As a Partner in Care via the National Multiple Sclerosis Society, I was proud to be invited to attend the Consortium of Multiple Sclerosis Centers (CMSC) annual national conference in Indianapolis. It was a congregation of neurologists, nurses, physical therapists, occupational therapists, and speech therapists who specialize in MS throughout the country (and even a few from outside the US). It was encouraging to hear about the research being done to identify causes of MS, treatments to slow progression, and even the attempt to reverse the damage to the neurological system caused by MS.
As I hoped, I gained a few clinical pearls of wisdom to share with patients and colleagues on my return. The first is related to chronic fatigue in MS. As PTs we are schooled to attempt to find a balance point between working patients with MS hard enough to gain strength yet also avoid undue fatigue. I know in my own experience I have definitely worked patients too little on occasion, thereby not stressing them enough to make any meaningful strength gains, and also sometimes worked patients too hard and exhausted them so much it is difficult to walk back to their car after the session (perhaps some of you reading this…). Both of these situations are frustrating for both the patient and the therapist.
New research has been completed which aimed to find the balance point for meaningful strength training without causing excessive fatigue. This is a huge step in the right direction for PT treatment and how we may establish home exercise programs. The research demonstrated low levels of fatigue after exercising at high levels of resistance and low number of repetition of exercises, with short rest breaks between sets. I have begun incorporating this idea into treatment with good clinical results so far; where patients feel they can really exert themselves without worrying about being physically drained for the next day or so.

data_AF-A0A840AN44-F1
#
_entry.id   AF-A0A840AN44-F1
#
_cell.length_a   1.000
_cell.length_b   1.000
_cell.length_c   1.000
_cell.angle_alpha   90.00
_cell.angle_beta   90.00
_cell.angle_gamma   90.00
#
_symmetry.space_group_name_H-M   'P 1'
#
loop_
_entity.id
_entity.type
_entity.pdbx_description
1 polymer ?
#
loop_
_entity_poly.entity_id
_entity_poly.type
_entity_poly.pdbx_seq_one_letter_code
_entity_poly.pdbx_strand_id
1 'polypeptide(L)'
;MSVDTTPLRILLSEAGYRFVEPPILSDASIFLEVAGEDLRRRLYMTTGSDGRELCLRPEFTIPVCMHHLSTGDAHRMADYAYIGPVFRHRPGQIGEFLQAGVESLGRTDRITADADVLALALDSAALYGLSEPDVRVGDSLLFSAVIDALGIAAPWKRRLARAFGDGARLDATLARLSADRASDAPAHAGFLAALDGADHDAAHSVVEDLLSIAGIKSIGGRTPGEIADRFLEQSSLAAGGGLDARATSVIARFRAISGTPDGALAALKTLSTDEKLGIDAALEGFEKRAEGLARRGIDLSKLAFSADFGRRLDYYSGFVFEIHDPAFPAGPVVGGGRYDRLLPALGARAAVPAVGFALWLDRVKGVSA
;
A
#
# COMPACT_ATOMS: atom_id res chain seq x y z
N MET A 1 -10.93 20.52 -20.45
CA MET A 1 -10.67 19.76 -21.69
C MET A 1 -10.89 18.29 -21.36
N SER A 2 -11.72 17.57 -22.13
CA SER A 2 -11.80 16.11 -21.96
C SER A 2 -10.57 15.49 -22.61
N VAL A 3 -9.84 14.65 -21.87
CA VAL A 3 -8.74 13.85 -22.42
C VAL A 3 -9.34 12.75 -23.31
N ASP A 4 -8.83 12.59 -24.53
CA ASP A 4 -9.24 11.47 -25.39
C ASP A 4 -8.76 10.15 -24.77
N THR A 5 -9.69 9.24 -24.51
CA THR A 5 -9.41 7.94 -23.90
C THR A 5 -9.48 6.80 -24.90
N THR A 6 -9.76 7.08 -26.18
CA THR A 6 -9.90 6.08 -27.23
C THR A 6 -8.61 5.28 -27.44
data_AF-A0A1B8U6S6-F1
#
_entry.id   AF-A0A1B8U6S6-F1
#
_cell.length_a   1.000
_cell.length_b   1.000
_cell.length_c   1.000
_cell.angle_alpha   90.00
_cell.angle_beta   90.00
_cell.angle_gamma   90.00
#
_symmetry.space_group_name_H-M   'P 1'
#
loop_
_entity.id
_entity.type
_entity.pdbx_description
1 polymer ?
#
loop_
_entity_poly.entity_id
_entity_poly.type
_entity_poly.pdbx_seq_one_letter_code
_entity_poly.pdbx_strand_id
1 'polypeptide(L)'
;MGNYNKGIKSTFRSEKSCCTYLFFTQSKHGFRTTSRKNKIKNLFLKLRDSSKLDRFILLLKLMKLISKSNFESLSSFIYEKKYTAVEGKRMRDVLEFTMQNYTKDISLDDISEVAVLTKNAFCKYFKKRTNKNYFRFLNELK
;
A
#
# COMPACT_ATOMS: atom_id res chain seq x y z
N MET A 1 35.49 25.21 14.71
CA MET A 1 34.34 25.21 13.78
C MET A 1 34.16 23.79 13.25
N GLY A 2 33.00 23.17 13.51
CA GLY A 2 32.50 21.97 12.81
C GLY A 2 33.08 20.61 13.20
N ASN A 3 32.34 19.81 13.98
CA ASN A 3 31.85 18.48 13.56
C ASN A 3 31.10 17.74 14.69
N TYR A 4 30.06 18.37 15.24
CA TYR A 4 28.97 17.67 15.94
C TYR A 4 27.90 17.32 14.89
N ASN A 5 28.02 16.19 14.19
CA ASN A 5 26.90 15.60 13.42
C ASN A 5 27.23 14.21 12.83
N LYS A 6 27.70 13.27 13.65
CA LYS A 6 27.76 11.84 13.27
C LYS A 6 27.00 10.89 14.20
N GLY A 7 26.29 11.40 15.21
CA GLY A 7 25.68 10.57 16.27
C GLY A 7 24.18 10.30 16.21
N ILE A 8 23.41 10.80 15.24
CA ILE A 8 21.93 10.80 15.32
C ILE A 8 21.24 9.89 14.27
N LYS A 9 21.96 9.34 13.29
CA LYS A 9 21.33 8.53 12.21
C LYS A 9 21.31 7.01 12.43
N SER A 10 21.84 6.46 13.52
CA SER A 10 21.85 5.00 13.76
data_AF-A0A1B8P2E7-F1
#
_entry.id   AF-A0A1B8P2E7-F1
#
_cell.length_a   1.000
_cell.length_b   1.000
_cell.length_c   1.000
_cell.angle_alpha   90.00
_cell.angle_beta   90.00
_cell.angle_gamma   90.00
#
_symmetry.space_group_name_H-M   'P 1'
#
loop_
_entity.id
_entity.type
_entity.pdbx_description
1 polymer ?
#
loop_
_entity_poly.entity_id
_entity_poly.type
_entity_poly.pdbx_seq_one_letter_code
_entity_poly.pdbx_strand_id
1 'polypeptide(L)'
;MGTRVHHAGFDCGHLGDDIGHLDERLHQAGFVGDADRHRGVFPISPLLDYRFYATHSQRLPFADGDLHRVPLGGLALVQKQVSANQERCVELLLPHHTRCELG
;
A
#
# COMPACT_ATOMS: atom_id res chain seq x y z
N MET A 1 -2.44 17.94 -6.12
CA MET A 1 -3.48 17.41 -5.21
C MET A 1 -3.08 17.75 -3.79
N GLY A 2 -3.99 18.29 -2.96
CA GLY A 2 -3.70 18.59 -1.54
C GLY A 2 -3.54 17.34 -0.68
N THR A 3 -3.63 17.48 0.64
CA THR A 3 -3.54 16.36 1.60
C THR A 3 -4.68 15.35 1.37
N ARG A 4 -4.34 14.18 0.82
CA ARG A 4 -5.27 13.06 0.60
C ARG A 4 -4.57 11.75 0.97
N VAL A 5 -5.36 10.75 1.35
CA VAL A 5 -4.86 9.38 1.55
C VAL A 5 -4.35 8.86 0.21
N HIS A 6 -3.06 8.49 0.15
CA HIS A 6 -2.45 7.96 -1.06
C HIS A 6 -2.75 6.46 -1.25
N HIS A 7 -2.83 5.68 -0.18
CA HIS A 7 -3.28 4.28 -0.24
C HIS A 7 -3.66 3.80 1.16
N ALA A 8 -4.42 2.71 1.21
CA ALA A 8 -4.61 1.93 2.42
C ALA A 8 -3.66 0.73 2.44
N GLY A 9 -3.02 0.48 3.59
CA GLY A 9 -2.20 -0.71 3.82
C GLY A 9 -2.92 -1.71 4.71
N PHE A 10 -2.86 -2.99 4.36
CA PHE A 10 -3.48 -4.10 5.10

Another continuing education session I completed offered use of kinesiotape (that athletic tape you see on beach volleyball players) in its specific use on patients with multiple sclerosis. While we have regularly used this product with patients who have orthopedic issues, I learned new uses to increase sensory input to improve balance, the use of tape to decrease muscle spasticity, and to encourage muscle activation in patients with MS. I can say that some of the early clinical evidence shows there may be some uses for kinesiotape for patients with MS that we previously had not considered, but it may take some trial and error to find the optimal application for each patient.
I also made several contacts with non-profit organizations that assist patients financially with prescription assistance, funding for physical therapy, co-payments, and even in some cases financial assistance with health insurance premiums. Below are two sources I would suggest starting with for finding funding and other support for patients with multiple sclerosis.
As a result of participation in the conference I feel supported by the wider community of health care practitioners who also specialize in treatment of patients with multiple sclerosis. I gained a greater appreciation for the wider scope of MS care and resources available to MS patients.